"I had to stop talking to her yesterday," O'Hare confessed, "because I was starting to like her."
Now, back in her team's dressing room after the physical, an irked O'Hare exclaims, "What's up with taking your blood pressure right in front of your opponent?"
Butterflies in the stomach, Ponce has said again and again, are a good thing.
At 7:49 O'Hare's gloves go on. Five minutes later Finney, Ponce and Leyshock huddle up with their fighter and her brother Michael, who has snuck downstairs to lead them in a short prayer. Ten minutes of mitt work later, Leyshock estimates they still have another half-hour to wait. Yells O'Hare: "This is the worst damn part!"
More than once, the stress and sacrifices have made O'Hare consider giving it all up. Though the money is nice — her first pro matchup netted her $1,200; this payday will prove slightly bigger — she could live without it. Sometimes, too, she thinks about how far she has gone in school and wonders, "Why am I doing this?"
Tossing in the towel, though, might mean disappointing the people she has made so proud.
"Jamie inspires me regularly," says Bruce Clements, a scientist with Clean Earth Technologies who knows O'Hare from his days as associate director of SLU's Center for the Study of Bioterrorism and Emerging Infections. "And she won't promote herself, but her many friends will."
Clements is one among a cheering section of 160 that awaits O'Hare in the ballroom. A diverse crowd, they are friends from high school, college, SLU and the Circuit Attorney's Office, even her hairstylist, not to mention her octogenarian grandparents.
O'Hare also can't deny what she loves most in boxing at this point in her life: "You get inside that ring, and you can't run from anything, like you can in the rest of the world."
Finally, at 8:34 p.m., Team O'Hare gets the call to wait in the wings.
Six days a week of training, two-a-days for the past two weeks, about to culminate in four two-minute rounds.
"Quick jabs, a little smoke 'n' mirrors," Ponce has instructed. "Then the body shot. Get that elbow in her ribs. Keep your chin down, especially if she comes in close. If she's fast, dig that glove into her chest."
O'Hare thinks she might vomit.
At a quarter to nine, Dena Low turns over her ringside seat beside husband Reed to Mary Ellen O'Hare. As the words "All Heart" come over the mic, Mary Ellen jumps up and tries to scream but has already lost her voice.
Bagpipes roaring, the spotlight shines on Jamie O'Hare, hooded and motionless in her shiny new robe, emblazoned with "Upper Cuts." When the horns abruptly cut to rock band Korn, O'Hare swaggers to the ring, arms hoisted in the air.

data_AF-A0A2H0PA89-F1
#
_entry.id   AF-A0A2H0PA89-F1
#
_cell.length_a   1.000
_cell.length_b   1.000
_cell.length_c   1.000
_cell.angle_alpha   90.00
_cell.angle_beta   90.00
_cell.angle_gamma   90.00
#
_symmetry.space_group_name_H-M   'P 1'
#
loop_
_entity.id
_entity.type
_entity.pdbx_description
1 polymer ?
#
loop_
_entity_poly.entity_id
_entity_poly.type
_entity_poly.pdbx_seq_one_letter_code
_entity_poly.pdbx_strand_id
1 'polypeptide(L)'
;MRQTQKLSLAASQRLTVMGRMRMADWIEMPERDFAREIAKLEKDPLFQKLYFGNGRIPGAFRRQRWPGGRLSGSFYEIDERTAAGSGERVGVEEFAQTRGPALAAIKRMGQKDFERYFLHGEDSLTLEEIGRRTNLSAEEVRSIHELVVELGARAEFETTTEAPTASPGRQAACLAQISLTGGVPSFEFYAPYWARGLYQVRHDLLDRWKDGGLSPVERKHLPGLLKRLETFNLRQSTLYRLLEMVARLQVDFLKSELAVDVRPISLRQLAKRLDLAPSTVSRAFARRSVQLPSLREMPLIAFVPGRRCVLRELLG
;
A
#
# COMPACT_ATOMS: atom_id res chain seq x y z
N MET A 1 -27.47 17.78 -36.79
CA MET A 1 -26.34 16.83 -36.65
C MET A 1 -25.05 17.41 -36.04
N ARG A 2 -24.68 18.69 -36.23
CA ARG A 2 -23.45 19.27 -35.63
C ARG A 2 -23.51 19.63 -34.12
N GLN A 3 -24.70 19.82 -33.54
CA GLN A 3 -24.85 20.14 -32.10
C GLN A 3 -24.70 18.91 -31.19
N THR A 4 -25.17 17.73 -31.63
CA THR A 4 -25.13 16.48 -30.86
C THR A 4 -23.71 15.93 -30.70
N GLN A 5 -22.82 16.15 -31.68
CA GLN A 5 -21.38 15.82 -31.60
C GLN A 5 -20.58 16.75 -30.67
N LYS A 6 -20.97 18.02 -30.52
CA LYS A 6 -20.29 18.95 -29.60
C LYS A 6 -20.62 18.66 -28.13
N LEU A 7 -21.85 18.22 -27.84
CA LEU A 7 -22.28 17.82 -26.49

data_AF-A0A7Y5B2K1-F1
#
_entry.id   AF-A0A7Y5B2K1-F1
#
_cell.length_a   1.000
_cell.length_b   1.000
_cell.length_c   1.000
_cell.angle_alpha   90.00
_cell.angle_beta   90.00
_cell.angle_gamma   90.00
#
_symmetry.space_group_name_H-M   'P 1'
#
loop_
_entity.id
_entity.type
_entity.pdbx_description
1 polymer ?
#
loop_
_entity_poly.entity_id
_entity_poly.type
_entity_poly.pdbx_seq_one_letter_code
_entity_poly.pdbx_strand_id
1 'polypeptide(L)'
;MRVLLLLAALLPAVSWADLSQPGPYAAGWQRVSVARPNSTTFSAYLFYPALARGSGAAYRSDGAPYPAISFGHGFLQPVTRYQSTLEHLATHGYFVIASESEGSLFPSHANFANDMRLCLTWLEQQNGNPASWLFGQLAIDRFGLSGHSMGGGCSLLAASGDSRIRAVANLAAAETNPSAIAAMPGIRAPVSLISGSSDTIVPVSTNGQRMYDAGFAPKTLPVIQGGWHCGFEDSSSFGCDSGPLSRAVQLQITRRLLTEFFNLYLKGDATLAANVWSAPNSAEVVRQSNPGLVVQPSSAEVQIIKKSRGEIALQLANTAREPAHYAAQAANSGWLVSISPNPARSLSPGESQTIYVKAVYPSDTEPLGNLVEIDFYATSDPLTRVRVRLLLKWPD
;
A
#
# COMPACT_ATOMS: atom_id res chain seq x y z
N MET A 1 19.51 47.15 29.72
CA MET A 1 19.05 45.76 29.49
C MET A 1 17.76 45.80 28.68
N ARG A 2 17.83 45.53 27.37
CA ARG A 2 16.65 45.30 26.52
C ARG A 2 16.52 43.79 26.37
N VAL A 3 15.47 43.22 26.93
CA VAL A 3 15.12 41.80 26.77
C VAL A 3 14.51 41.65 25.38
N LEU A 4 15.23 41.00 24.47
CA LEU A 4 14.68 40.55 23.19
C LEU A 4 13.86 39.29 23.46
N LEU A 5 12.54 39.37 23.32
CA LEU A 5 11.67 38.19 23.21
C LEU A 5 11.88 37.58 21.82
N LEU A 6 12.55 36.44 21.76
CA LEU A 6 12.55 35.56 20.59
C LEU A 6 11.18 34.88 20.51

The bell sounds at 8:49 p.m. Effervescence be gone. Still, round one has a politeness to it; O'Hare and Hamlett look like they're getting to know each other, tossing quick jabs but mostly playing their hands close to the chest.
The women pick it up in round two, putting more power behind the punches. Although Hamlett appears to hang back, dancing a bit, she manages a solid right hook midway through that sends O'Hare stumbling.
"Uppercut! Uppercut!" yells Reed Low.
O'Hare comes back with a vengeance in the third round. She dominates with her lower-body movement, backing Hamlett into the ropes on every side. But for the most part both women's long reach seems to prevent them from getting close enough to really have it out.
"It felt more like a sparring session than a fight, and I liked that," Hamlett will say later.
"I was like, 'Come on, fuckin' fight me!'" O'Hare will grumble.
In her corner between rounds, O'Hare is getting it in both ears. No sooner does Finney issue a set of orders than Ponce chimes in with his own instructions just before the bell sounds.
Hamlett and O'Hare both turn up the heat for the last round, moving faster with their feet and their fists. But cut man Leyshock remains on standby. When the last bell rings, no one has gone down.
"If she doesn't win, I'm gonna kick this guy's ass," mutters Reed Low, shooting a glance at the ref.
O'Hare has a lot on her postfight to-do list, from a long-awaited visit to a new St. Louis cupcakery to training for early April's St. Louis marathon. She has also vowed to help Ponce get ready for his first fight in four years, and they both plan to get tattoos. (O'Hare envisions a pair of boxing gloves encircled with "September 23, 2006," the date of her mother's kidney transplant, and "Proverbs 3:5-6.")
O'Hare is scouting for a job in social work within the criminal-justice system and imagines a way of one day linking counseling and boxing for women. She knows it's no sport for the masses, but she believes more than a few could pick up some tricks.
Although it feels like forever, the judges only take a minute or two to file their scorecards. The ring announcer sounds deflated as he ticks off the tallies: 38-38, 39-37 O'Hare, 38-38.
"A draw?" O'Hare's mother moans.
Up in the ring, there's nothing left for Hamlett and O'Hare to do but hug.